Interview with Chris Randles and Blake Courter – Part 2

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Deelip: When SpaceClaim was brought to market, it didn’t have a full blown API. In fact, as a SpaceClaim Solution Partner, I was involved in helping SpaceClaim figure out the API. You used to ask your partners what API’s they needed and then proceed to implement them in the next service pack. I found that concept quite frustrating because as I developed a SpaceClaim add-in and I found that the API didn’t have something that I wanted, I had to wait till it was added by you which could be anywhere between a few days, a few weeks or a few months. Till that happenned I had to stop my development and find something else to do. When my API requirement was finally added to the API, I resumed development and then found something else that was missing in the API and the whole process would stop once again. The excuse given at that time was that you did not want to spend resources developing the API and would rather spend it on developing the core product. I found that to be a rather strange way of working with partners.

Chris: Well, I think that’s fair feedback. On the one hand, a new product needs to mature in all respects, including its API, in order to be useful to a third party developer. Often you partner with people who are willing to be partners with you on the trail and work it out. So I think there is a balance between coming to market with something which is full and complete and… actually I think you should never go to market with something that is half baked. And here I am talking about the API and not the product itself. So regarding the API I think it should have been a more concerted effort at that time. But it has been subsequently. And I think now we are at a point wherein we have a very good and robust API, although we are still adding new capabilities. But some of those reflect the new functionality that we are putting into the product itself.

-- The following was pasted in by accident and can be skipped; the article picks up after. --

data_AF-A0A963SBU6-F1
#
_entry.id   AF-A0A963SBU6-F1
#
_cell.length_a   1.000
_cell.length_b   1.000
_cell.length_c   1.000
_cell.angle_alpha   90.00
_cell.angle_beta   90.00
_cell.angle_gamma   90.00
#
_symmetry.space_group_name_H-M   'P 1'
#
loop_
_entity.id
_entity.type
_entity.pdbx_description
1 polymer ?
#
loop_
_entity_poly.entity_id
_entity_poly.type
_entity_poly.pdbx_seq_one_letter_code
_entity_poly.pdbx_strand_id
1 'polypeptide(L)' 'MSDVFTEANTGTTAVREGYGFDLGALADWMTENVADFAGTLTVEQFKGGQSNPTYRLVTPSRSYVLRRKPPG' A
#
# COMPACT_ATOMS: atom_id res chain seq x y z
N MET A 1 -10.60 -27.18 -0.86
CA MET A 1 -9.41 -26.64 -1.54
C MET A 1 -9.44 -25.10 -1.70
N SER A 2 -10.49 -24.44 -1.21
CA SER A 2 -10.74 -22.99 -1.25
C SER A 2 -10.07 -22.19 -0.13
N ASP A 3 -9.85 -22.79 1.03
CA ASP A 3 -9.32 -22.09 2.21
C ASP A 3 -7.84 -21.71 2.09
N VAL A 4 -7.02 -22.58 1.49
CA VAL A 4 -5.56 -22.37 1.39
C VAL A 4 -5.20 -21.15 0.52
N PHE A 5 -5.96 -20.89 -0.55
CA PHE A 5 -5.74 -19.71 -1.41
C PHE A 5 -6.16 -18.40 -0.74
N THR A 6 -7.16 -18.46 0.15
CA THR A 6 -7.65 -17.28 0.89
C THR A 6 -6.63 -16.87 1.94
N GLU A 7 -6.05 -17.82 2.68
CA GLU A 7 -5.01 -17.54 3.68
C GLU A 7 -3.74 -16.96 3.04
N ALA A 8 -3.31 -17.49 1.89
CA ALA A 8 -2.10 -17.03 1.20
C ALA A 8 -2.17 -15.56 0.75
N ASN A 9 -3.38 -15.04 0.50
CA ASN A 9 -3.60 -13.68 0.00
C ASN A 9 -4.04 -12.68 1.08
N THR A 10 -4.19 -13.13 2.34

But if I could go back to my earlier point, I think SpaceClaim the toddler in 2007 was too young to be sent to school (laughs). In 2008 that product became really useful and really focussed. In 2009 we saw a significant number of people really deploy the software and going into production. And that is evident when you see the percentage change in revenue.

I make no apologies. We were a startup company. We foraged in the forest for our food and looked every place we could, obviously with a strategy and a focus. But then we were very happy if a customer was deploying maybe 10 floating seats serving 20 users. That was a big deal. But now we are looking at opportunities which are orders of magnitude more than that.

Deelip: I found your comment about the toddler being sent to school too early quite interesing. I happen to have a opinion on that. It was not so much as the product not being ready, but rather more about the way it was brought to market. In my opinion you came out doing just about everything wrong. There was no trial. You could not purcahse a permanent license. You had to rent out the software. Basically, you were asking people to spend $5000 by looking at a canned demo on your web site.

Chris: Well, a lot has changed since then.

Deelip: Exactly. So how much importance would you give to that being the toddler part of things.

Chris: Well, I am old enough to have seen a lot of companies come and go and many not succeed. Only in the 80’s could you build a great product and it would sell itself. By the 90’s execution became everything. In the naughties (laughs), I mean the early part of this century, at least half the success of a company depends upon how it goes to market.

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